"Kee" Points with Jim Kee, PhD.


  • US Update
  • Global Update
  • Oil Update

US Update:  Two big storms in just a few weeks’ time will certainly muddle the economic data for a quarter or two, as the negatives of disruption evolve into the positives of rebuilding. Fortunately, “nowcasting models” that update weekly with fresh data release sallow for timely audits of how the economy is doing. Combined with more conventional tools like the Conference Board’s (and the Federal Reserve’s) Leading Economic Index, these help to measure the impact of various economic shocks on the economy. I’ll be sharing all of this with you in Kee Points as events unfold, but right now everything looks pretty solid. That is, the economic data continues to point to economic expansion, both here and abroad. US stocks seem to reflect this (up big Monday), and perhaps some weekend relief over events like Hurricane Irma (perhaps not as bad as expected) and no North Korea missile tests in commemoration of its 69th anniversary. Proposed new economic sanctions (trade restrictions) on North Korea (to be voted upon by the United Nations) were opposed by Russia and China, which I put in the “some things never change” category. In the US, I would say the most underreported story has been the increase in business investment spending this year, particularly on information technology equipment and software. The first two quarters have been strong, and that’s one of things I’m watching more closely as the year goes by.  Another development in the US was the sudden resignation of Fed Vice Chair Stanley Fischer, ostensibly for personal reasons. Fischer was highly respected, but at the end of the day I see this as neither here nor there.


Global Update: In Europe, there has been a surge in manufacturing (Financial Times) even as the euro hit a two-and-half-year high against the dollar at $1.20 per euro (which makes it difficult for European exporters). I think it is better put to say that a stronger European economy has led to a strengthening euro, particularly with expectations of an October tightening on the part of the European Central Bank (ECB), and lower expectations – due to hurricanes –of another US federal reserve rate hike this year by the US Federal Reserve (the Fed surprised many and raised rates following Katrina). Germany goes to the polls in a few weeks, with Angela Merkel the odds-on favorite to earn a fourth four-year term on September 24 (WSJ). I liked The Wall Street Journal’s headline, “Germany’s Boring Election is Nothing to Snore At,” making the point that the lack of drama there is a good thing. In France, President Emmanuel Macron has stated his intentions to free up the job market there through employer-friendly reforms. These are intended, in Macron’s words, “to boost job creation by giving more security and visibility to employers and more guarantees to workers.” Among these reforms are policies making it easier to dismiss workers, which also makes it less risky to hire them. In the rest of the world (e.g. Japan and emerging markets) growth seems to be a little stronger than what was expected at the beginning of the year, a fact reflected in things like higher copper prices (driven by China) and in the Commodities Research Bureau’s Raw Industrials index (the “Rind”).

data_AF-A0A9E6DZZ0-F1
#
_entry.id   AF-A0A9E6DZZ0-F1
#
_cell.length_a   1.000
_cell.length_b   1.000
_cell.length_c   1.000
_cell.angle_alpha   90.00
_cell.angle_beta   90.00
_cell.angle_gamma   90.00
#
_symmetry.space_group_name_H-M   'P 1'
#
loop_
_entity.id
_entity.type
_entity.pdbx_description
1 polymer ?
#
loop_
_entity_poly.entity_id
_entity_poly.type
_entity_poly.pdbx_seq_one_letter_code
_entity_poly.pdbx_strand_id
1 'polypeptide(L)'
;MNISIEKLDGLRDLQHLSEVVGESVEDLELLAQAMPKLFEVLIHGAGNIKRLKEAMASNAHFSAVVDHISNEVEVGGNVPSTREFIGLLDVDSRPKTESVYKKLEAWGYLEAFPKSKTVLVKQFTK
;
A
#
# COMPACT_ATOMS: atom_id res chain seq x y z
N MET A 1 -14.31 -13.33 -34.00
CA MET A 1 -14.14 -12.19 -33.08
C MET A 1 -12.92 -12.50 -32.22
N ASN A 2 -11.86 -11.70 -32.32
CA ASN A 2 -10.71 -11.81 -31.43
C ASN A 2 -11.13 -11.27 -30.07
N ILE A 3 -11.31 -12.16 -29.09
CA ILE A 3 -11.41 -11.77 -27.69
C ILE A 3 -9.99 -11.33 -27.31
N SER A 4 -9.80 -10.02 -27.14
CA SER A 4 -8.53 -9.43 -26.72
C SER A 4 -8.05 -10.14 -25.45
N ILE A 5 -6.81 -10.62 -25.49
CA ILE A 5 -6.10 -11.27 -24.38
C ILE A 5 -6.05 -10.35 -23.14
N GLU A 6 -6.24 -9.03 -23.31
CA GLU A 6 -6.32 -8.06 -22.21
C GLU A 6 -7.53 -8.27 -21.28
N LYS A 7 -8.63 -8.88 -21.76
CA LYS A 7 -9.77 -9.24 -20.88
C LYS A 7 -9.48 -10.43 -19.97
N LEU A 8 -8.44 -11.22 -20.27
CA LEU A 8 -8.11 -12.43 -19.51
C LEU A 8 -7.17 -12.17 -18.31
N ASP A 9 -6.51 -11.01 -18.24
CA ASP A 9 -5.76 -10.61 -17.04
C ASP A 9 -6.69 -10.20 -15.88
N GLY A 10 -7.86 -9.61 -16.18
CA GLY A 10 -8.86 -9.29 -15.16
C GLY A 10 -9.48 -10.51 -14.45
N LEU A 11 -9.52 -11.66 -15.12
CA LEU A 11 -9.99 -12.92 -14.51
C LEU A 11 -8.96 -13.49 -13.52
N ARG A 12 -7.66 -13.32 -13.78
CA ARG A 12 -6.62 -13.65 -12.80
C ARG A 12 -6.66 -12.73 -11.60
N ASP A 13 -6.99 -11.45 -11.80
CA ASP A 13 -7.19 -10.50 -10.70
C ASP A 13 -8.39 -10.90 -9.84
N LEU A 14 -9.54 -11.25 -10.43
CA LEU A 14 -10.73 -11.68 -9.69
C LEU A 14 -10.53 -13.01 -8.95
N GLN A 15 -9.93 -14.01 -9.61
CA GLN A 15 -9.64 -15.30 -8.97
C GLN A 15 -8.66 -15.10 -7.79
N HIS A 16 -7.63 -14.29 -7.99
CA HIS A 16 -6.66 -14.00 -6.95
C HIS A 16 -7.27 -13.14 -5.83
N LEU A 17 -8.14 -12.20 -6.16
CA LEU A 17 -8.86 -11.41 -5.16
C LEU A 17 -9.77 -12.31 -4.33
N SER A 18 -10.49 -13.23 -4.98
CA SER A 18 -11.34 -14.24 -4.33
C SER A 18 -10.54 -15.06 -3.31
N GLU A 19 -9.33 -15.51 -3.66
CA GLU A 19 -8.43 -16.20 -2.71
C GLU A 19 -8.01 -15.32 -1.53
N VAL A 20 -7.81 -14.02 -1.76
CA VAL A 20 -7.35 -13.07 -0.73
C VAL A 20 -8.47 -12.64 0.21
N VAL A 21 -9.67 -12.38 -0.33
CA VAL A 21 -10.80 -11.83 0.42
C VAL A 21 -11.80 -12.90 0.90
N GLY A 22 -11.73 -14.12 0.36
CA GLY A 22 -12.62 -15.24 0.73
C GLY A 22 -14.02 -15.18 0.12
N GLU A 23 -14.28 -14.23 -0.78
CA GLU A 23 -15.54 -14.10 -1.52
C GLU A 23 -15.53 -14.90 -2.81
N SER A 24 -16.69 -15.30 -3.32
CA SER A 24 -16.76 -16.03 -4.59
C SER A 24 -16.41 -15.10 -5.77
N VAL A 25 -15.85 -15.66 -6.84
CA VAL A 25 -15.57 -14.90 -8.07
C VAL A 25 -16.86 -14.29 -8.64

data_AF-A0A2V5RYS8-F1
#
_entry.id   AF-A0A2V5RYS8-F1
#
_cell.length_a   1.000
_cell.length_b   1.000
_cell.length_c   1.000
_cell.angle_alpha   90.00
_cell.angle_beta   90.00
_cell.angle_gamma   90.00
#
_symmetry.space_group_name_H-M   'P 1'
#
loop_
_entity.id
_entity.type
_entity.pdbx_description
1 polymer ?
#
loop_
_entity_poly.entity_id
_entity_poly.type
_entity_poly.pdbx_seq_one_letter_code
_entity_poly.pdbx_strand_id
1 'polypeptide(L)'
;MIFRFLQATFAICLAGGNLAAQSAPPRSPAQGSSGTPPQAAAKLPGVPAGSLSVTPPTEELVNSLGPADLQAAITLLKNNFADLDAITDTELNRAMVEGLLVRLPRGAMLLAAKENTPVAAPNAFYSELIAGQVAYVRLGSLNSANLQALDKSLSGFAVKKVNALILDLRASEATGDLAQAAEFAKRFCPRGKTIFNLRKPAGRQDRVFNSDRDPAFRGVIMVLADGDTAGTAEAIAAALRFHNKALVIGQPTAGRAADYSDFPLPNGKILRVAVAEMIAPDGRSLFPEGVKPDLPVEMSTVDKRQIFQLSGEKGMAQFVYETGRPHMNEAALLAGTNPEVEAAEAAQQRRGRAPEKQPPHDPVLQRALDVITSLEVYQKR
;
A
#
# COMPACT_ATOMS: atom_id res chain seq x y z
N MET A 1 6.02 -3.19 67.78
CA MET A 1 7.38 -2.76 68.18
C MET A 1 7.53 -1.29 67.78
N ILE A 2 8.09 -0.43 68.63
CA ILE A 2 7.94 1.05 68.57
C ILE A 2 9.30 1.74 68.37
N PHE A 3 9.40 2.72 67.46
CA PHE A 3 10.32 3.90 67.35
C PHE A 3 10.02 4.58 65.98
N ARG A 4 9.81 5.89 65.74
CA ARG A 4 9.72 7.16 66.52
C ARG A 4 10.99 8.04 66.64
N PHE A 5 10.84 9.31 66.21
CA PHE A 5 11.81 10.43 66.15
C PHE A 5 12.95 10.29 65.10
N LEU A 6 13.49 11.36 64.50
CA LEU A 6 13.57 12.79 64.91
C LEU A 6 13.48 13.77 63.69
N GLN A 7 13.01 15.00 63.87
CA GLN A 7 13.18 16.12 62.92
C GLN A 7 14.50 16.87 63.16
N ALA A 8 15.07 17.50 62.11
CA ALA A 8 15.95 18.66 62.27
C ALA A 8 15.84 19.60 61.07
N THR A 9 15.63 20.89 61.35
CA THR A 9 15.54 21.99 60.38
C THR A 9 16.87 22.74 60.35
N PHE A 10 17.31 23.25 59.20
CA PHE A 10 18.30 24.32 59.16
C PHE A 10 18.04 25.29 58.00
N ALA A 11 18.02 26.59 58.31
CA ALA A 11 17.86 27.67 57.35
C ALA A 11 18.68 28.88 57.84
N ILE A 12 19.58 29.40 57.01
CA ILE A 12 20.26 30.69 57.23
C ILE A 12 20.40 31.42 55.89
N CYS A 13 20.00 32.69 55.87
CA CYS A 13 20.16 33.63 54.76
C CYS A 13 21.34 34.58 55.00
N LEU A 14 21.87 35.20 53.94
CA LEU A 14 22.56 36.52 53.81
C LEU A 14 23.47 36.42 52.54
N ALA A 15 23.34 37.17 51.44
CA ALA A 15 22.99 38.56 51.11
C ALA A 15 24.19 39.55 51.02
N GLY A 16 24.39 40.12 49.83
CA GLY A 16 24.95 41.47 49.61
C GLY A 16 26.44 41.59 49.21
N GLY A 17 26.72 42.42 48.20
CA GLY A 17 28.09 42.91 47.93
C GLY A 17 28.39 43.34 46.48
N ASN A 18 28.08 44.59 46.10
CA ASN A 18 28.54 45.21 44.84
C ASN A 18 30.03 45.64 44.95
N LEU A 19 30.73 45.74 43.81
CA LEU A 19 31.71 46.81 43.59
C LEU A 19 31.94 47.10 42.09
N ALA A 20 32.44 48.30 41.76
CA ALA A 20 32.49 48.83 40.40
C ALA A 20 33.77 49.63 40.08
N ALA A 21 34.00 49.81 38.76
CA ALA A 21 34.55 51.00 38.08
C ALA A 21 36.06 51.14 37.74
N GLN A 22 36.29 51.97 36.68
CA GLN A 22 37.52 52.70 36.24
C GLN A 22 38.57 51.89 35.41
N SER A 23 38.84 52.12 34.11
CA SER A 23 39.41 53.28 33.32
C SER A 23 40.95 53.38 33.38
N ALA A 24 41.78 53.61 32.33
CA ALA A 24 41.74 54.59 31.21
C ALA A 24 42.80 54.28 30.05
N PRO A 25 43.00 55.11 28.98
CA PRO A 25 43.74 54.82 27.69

Oil Update: Crude oil rose to a five-month high last week, with prices for a barrel of oil closing in the high forties. Saudi Arabia (OPEC’s largest member) continues to express an interest in pursuing OPEC’s desire, reached last year, to cap production and drain global oversupply (MarketWatch).  I like Barry Bannister’s characterization of Saudi Arabia as reasserting its ‘central bank of oil’ role (Stifel). The relationship between oil prices and stocks over the past several years has been more vague than what you would expect given the commentary in the press (i.e. higher oil means higher stock prices). Looking at percentage changes, oil has been much more volatile than stocks. Conceptually, the impact of oil prices on stocks depends upon what’s driving them; a higher oil price due to higher growth (early 2000s) tends to be bullish or positive for stocks, while a higher price driven by supply restrictions (1970s), tends to be bearish or negative. I’ve stated in the past my view that, overall, the recent supply-driven oil price decline, which is due to US fracking and OPEC factioning, is a positive for the global economy. That’s because most of the world’s output is produced by net importers of oil (they consume more than they produce). But there is a price below which oil becomes destabilizing to the regions that produce oil, and that can be destabilizing to the world in general. So, the sense I get from watching the interaction between stocks and oil prices is, “low is good, but not too low.”